Scaling new heights

THE Commonwealth chess championship offers a good opportunity for the norm-seeking players to realise their goal.

RAKESH RAO

THE Commonwealth chess championship offers a good opportunity for the norm-seeking players to realise their goal. This year, eight Indians gained norms and somewhat made up for the absence of a men's medallist in the championship.

S. Meenakshi:

She was surely the biggest gainer. She became the country's fourth Woman Grandmaster (WGM) and went on to achieve her third International Master norm. Like most of the women players in the country, Meenakshi, too, has been inconsistent. But there was never any doubt over her potential. Younger sibling of S. Vijayalakshmi, the country's first WGM, Meenakshi can be expected to produce better results in times to come. With all the IM-norms under her belt, Meenakshi now needs to touch the rating of 2400 to claim her International Master title.

Saptarshi Roy Chowdhury:

This Kolkata-based player became an International Master by getting his final norm. In the last two National `A' championships, Saptarshi had gained two norms of 16 and 19 games to meet the stipulation of norms totalling 27 games. However, it was pointed out that he needed to make one norm in an international event as well. Saptarshi lost no time in getting it straight in the Commonwealth championship. A steady player, who lost just seven of the 106 matches he had played in 2003, this former National under-25 champion needs to improve his percentage of victories. The IM title should see him play more aggressively.

M. R. Venkatesh:

Like Saptarshi, Ventakesh, too, had two International Master norms from the last two National `A' championships. Venkatesh's first norm outside the National championship helped him meet the stipulation and join Saptarshi. Another fine colt from Chennai's stable, Venkatesh has been seen as a Grandmaster material. Winner of the National junior championship in November 2003, Venkatesh is organised and surely possesses the right attitude to cross more important landmarks in times to come.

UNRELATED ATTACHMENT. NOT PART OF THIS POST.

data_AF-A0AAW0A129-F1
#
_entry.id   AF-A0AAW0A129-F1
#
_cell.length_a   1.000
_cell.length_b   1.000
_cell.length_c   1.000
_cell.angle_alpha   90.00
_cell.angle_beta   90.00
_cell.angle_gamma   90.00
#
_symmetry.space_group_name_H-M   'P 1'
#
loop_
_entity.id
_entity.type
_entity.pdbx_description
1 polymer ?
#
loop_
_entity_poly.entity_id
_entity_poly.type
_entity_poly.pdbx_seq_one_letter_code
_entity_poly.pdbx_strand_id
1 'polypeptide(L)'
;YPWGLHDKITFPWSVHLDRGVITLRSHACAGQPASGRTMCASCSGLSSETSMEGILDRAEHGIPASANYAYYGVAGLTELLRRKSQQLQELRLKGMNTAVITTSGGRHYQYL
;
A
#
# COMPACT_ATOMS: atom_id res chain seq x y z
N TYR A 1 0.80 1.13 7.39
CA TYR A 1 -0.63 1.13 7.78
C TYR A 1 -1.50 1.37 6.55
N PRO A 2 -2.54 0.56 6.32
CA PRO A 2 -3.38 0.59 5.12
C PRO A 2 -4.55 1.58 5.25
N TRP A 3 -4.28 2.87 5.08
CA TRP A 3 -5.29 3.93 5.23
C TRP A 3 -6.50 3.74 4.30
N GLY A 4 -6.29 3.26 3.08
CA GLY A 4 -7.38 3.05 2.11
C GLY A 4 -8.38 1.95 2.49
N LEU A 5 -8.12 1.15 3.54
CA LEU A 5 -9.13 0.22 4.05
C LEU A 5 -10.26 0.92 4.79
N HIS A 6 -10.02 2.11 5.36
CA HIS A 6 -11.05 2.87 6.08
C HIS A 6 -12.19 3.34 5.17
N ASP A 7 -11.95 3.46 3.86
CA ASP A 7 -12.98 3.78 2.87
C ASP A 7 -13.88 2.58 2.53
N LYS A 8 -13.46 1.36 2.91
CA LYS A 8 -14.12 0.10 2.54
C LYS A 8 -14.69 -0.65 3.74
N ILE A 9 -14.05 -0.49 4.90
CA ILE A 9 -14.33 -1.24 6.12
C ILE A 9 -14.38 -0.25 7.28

Dronavalli Harika

THIS 13-year-old sensation never ceases to surprise. The youngest ever to make the National women's team, Harika completed her Woman Grandmaster title requirements but missed out on her final International Master norm. In the past two years, she has been scaling new heights and her performance in the Commonwealth meet was no different. Also, Harika's elevation to the WGM level has given the Indian team for the Olympiad an all-WGM look.

Vishal Sareen

IF there was one player for whom the IM-norm did not really matter, it was Vishal. A fifth IM-norm did not make any difference to Vishal. This former National sub-junior champion needs to take his rating to 2400 in order to join the country's ever-growing list of IMs. Currently enjoying his best rating of 2371, Sareen defeated Sandipan Chanda and drew with K. Sasikiran and Abhijit Kunte - all members of the Indian Olympiad team - to show that he pays far more attention to his chess than most believed.

Abhijeet Gupta

THIS 14-year-old has been making news with remarkable consistency. Having gained a maiden IM-norm in October, this Bhilwara boy provided the biggest sensation of the Commonwealth championship by drawing with the top-seeded Nigel Short. He carried on the good work and gained a second nine-game IM norm with a round to spare. For someone who collected 98 rating points in three months, Abhijeet is gaining the admiration of all concerned with his modest ways and marvellous results.

K. Ratnakara

THIS Kerala player came up with the performance of his budding career. A man of few words, Ratnakaran let his results do the talking as he beat IMs such as George Michelakis, Neelotpal Das and Mehmood Lodhi and drew with Russian GM Sergey Iskusnyh, Uzbek GM Saidali Iuldachev, IMs Tejas Bakre and Varugeese Koshy. He has gained a lot from attending the GM-coaching camps held in his hometown Kozhikode. With a little more self-belief, this bronze-medallist in the 2001 Asian junior championship can show improved results.

R.R. Laxman

AFTER making his maiden IMnorm in 1998, Laxman took his time to get another one. Known to pay more attention to academics, this student of psychology started with a victory over Koneru Humpy and ended with a norm in the Commonwealth championship. He plays faster than most players on the circuit and that sometimes lands him into trouble. Better time management and preparation should see this intelligent player do justice to his talent.